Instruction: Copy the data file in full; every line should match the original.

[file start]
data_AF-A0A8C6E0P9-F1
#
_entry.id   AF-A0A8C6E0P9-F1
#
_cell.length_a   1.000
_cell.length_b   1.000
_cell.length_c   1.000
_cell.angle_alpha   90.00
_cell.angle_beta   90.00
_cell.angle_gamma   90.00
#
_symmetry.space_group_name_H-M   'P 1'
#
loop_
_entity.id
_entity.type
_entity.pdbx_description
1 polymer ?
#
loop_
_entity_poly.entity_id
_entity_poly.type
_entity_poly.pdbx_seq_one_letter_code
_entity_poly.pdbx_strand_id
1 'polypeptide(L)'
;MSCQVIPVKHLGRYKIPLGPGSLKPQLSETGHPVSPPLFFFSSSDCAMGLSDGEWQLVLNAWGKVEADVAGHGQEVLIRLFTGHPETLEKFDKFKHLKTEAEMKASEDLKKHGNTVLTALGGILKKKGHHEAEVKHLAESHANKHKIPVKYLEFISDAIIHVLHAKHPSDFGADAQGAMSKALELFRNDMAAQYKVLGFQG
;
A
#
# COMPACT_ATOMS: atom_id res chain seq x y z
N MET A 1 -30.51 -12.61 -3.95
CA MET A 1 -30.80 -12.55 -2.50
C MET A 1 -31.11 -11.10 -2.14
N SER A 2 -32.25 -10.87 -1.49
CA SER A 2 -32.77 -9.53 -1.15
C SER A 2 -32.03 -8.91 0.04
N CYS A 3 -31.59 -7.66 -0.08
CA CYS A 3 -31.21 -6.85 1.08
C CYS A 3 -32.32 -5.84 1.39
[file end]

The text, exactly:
data_AF-A0A8C6E0P9-F1
#
_entry.id   AF-A0A8C6E0P9-F1
#
_cell.length_a   1.000
_cell.length_b   1.000
_cell.length_c   1.000
_cell.angle_alpha   90.00
_cell.angle_beta   90.00
_cell.angle_gamma   90.00
#
_symmetry.space_group_name_H-M   'P 1'
#
loop_
_entity.id
_entity.type
_entity.pdbx_description
1 polymer ?
#
loop_
_entity_poly.entity_id
_entity_poly.type
_entity_poly.pdbx_seq_one_letter_code
_entity_poly.pdbx_strand_id
1 'polypeptide(L)'
;MSCQVIPVKHLGRYKIPLGPGSLKPQLSETGHPVSPPLFFFSSSDCAMGLSDGEWQLVLNAWGKVEADVAGHGQEVLIRLFTGHPETLEKFDKFKHLKTEAEMKASEDLKKHGNTVLTALGGILKKKGHHEAEVKHLAESHANKHKIPVKYLEFISDAIIHVLHAKHPSDFGADAQGAMSKALELFRNDMAAQYKVLGFQG
;
A
#
# COMPACT_ATOMS: atom_id res chain seq x y z
N MET A 1 -30.51 -12.61 -3.95
CA MET A 1 -30.80 -12.55 -2.50
C MET A 1 -31.11 -11.10 -2.14
N SER A 2 -32.25 -10.87 -1.49
CA SER A 2 -32.77 -9.53 -1.15
C SER A 2 -32.03 -8.91 0.04
N CYS A 3 -31.59 -7.66 -0.08
CA CYS A 3 -31.21 -6.85 1.08
C CYS A 3 -32.32 -5.84 1.39